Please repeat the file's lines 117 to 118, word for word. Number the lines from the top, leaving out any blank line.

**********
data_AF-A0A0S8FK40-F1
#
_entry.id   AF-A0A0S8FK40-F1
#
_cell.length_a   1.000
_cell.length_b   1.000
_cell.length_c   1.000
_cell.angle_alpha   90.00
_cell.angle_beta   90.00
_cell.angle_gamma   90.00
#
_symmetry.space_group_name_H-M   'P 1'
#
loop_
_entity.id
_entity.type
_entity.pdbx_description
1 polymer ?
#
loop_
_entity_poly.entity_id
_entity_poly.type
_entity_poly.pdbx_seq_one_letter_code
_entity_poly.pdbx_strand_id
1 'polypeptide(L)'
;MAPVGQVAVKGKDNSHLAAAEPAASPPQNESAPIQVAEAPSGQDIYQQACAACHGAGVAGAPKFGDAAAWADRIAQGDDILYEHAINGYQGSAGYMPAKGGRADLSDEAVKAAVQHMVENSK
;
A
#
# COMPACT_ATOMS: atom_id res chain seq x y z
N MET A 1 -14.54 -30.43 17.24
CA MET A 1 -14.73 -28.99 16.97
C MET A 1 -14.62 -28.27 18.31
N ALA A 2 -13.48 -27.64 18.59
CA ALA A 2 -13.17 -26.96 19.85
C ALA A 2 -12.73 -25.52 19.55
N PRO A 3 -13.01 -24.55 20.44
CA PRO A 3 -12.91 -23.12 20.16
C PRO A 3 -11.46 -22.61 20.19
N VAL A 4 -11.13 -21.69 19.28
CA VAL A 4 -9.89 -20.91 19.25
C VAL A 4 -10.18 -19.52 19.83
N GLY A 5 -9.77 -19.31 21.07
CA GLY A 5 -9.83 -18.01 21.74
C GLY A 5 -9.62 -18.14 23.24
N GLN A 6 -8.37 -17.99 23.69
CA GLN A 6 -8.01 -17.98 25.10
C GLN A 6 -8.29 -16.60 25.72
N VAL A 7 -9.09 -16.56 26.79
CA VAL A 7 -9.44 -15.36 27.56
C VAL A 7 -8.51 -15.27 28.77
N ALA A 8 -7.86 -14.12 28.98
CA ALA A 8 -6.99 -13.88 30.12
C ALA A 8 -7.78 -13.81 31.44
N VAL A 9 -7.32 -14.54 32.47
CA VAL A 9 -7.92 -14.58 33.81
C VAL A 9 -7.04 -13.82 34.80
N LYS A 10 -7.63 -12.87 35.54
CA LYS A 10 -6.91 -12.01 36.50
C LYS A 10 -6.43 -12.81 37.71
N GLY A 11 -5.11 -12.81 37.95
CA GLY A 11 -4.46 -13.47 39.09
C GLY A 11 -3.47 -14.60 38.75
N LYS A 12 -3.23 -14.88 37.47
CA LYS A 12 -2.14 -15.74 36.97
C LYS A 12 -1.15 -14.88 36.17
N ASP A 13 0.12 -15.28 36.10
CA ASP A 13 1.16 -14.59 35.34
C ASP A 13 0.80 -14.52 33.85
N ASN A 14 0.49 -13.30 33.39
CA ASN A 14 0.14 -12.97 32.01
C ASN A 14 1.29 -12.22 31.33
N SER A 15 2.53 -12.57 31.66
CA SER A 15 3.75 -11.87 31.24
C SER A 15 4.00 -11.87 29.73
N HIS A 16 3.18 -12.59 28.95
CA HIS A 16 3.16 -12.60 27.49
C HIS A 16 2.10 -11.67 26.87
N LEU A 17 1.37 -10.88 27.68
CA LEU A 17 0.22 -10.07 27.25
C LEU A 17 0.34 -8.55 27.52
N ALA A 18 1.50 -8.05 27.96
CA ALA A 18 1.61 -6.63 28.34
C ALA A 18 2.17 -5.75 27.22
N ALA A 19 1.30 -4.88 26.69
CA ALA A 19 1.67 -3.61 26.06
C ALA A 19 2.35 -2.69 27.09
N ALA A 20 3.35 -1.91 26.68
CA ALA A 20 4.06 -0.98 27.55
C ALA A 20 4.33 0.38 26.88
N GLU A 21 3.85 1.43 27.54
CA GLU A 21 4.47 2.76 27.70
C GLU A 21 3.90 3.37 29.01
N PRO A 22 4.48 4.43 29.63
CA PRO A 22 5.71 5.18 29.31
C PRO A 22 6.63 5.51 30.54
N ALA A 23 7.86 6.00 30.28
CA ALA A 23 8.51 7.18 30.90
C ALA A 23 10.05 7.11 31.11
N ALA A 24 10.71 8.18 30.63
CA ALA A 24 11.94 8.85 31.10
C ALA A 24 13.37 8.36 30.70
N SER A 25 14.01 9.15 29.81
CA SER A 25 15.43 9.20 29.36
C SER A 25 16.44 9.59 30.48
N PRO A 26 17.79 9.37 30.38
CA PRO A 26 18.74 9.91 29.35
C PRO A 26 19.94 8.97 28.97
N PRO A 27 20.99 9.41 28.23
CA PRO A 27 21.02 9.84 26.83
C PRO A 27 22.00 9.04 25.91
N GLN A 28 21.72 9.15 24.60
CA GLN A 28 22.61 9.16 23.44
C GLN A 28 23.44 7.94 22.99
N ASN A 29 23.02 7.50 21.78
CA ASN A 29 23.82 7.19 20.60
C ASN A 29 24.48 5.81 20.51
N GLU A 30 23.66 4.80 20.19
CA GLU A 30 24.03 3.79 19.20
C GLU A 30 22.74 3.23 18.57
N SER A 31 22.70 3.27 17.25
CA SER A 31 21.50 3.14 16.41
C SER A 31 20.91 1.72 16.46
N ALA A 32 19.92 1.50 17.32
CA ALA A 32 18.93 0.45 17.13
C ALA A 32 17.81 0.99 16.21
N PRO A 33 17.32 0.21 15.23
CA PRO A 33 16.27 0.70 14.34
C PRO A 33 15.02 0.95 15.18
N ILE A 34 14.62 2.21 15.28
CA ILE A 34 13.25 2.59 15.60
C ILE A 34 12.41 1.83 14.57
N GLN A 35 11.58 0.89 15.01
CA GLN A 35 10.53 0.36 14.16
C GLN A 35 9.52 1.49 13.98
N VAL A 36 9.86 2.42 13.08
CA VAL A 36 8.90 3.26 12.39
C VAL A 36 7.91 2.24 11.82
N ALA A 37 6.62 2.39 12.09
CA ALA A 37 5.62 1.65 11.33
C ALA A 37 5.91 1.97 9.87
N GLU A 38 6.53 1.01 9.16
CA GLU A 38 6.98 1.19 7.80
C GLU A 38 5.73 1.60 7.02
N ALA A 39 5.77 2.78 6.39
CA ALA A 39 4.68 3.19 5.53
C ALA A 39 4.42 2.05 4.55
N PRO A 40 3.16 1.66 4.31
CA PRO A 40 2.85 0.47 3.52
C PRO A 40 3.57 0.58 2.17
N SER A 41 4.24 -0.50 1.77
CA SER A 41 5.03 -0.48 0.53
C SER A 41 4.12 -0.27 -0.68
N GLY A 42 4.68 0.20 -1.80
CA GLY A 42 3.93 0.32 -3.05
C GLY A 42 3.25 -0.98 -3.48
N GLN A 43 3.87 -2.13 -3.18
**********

C ASN A 29 24.48 5.81 20.51
N GLU A 30 23.66 4.80 20.19